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Returns to Investment in Agriculture

Steven Haggblade ()

No 54625, Food Security Collaborative Policy Briefs from Michigan State University, Department of Agricultural, Food, and Resource Economics

Abstract: Investment in agriculture is necessary for ensuring rapid economic growth and poverty reduction in Zambia, as elsewhere in Africa. Yet many of the key investments required to accelerate agricultural growth – technological research, rural infrastructure and market standards, organization and enforcement -- are public goods. Because the private sector cannot capture gains from these investments, they will not invest in amounts sufficient to ensure broad-based agricultural growth. Therefore, the public sector needs to provide the necessary research, transport and market infrastructure necessary to stimulate agricultural growth. Zambia currently allocates 6% of government outlays for agriculture. This is less that the 10% commitment Zambia has made under the CAADP agreement and far less than the 15% spent by Asian countries at the launch of their Green Revolution. In allocating these funds, Zambia spends the majority of its discretionary agricultural budget on recurrent subsidies for private farm inputs, primarily fertilizer, while spending far less on rural infrastructure and technology development. Yet international evidence suggests that returns to private input subsidies are typically lower than returns to investments in public goods, in part because private input subsidies are prone to rent-seeking and in part because public input subsidies substitute for private financing of these private inputs. Investment in public goods such as agricultural research and extension, rural roads and irrigation typically produce returns two to six times greater than spending devoted to input subsidies. Therefore, a reorientation of public spending, away from private input subsidies and towards increased investment in public goods, would likely accelerate agricultural growth in Zambia.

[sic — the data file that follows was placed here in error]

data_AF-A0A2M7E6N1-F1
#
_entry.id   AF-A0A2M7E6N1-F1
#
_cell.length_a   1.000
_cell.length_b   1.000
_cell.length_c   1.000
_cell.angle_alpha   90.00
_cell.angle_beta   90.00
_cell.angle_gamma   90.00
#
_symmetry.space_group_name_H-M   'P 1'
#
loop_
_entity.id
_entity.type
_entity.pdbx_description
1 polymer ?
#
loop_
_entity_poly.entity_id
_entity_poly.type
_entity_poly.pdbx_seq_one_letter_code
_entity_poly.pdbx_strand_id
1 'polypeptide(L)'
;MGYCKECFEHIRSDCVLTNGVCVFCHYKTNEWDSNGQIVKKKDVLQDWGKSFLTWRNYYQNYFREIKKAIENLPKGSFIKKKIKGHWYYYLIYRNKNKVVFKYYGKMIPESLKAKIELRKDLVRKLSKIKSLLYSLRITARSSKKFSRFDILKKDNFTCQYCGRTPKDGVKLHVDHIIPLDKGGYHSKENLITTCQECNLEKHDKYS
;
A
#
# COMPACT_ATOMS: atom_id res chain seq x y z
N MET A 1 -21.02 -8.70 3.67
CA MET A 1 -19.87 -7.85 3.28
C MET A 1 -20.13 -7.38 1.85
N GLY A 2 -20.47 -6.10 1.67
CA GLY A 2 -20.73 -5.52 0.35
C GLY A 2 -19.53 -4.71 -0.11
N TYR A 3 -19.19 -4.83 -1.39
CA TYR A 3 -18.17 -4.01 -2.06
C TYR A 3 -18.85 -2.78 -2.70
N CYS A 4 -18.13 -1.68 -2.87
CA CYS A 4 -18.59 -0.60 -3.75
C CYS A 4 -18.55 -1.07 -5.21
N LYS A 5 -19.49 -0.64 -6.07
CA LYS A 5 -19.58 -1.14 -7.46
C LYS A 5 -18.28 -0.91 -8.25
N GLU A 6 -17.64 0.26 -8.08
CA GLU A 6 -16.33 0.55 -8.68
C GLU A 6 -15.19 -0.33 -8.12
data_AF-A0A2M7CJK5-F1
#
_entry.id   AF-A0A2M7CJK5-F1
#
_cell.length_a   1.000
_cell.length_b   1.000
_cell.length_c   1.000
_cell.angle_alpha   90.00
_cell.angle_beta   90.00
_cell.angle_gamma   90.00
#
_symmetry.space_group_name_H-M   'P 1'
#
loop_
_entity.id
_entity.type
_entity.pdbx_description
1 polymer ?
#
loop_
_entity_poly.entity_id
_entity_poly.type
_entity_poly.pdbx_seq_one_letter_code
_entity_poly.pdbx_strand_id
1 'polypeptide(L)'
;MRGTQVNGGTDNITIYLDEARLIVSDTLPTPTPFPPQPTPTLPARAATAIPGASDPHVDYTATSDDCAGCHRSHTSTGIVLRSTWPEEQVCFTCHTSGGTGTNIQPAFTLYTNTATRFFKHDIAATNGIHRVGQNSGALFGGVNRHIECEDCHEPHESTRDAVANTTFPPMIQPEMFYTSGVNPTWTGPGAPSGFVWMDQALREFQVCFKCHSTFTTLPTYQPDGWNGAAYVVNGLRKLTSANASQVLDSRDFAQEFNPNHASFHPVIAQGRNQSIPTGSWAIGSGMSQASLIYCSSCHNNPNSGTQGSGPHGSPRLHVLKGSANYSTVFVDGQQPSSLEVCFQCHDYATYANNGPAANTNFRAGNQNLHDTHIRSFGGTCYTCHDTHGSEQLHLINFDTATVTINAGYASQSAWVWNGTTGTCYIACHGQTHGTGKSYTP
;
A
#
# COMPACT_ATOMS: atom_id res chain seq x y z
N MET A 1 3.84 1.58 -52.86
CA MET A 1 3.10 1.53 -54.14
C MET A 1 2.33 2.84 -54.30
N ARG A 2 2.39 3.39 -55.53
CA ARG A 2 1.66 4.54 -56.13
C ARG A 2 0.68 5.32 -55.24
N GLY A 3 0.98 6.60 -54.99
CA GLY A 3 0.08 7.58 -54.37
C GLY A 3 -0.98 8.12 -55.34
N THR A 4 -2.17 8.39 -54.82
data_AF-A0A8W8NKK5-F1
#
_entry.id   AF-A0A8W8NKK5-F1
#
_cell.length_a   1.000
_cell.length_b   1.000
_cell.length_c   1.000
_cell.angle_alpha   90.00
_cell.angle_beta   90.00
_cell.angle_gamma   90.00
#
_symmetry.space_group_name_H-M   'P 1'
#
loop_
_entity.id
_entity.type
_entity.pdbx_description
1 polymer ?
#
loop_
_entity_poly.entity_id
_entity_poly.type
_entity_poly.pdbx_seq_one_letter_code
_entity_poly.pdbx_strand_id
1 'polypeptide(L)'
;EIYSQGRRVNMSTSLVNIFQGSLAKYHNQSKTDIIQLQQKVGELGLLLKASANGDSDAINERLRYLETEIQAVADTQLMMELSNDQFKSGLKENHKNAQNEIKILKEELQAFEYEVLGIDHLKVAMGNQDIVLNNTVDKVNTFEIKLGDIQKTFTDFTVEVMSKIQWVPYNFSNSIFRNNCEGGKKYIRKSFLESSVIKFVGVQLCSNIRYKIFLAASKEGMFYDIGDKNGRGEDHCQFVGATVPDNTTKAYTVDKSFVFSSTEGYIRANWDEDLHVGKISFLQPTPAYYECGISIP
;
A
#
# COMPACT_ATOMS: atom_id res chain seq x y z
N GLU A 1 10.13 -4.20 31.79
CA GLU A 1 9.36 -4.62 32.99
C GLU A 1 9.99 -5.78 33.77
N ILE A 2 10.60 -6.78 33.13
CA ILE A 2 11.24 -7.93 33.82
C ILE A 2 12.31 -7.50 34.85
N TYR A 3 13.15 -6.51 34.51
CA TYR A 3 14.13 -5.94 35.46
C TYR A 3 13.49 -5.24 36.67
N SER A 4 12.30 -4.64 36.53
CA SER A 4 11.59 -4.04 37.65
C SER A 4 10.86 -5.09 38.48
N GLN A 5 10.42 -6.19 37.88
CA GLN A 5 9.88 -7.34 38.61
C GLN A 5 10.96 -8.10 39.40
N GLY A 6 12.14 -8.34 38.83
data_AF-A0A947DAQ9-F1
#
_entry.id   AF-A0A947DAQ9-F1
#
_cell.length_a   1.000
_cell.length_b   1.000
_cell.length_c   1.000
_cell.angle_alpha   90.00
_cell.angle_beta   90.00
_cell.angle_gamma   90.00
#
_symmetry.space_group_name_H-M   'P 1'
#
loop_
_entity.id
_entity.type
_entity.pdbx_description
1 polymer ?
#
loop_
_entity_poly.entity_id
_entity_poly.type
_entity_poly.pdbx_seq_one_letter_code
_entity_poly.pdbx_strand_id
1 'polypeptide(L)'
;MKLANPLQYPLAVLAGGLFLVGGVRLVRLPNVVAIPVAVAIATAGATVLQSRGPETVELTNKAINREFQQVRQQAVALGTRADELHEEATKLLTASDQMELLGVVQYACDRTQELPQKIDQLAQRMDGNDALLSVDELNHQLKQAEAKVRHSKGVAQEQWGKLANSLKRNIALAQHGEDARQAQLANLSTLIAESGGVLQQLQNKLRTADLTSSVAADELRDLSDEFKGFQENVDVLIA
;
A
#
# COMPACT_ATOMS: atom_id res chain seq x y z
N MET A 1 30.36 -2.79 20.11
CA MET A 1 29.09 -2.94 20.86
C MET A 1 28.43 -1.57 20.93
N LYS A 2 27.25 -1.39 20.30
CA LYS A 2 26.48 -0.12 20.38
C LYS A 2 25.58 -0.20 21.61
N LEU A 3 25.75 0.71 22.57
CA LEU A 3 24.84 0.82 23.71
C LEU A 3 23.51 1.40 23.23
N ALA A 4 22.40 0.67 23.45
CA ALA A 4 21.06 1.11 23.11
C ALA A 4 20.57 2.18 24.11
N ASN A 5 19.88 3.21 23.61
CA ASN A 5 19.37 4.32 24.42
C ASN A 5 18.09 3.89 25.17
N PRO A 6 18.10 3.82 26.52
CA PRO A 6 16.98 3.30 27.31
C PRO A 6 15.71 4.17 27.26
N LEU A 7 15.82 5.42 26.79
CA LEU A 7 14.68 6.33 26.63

Keywords: Research; and; Development/Tech; Change/Emerging; Technologies (search for similar items in EconPapers)
Pages: 8
Date: 2007
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Persistent link: https://EconPapers.repec.org/RePEc:ags:midcpb:54625

DOI: 10.22004/ag.econ.54625

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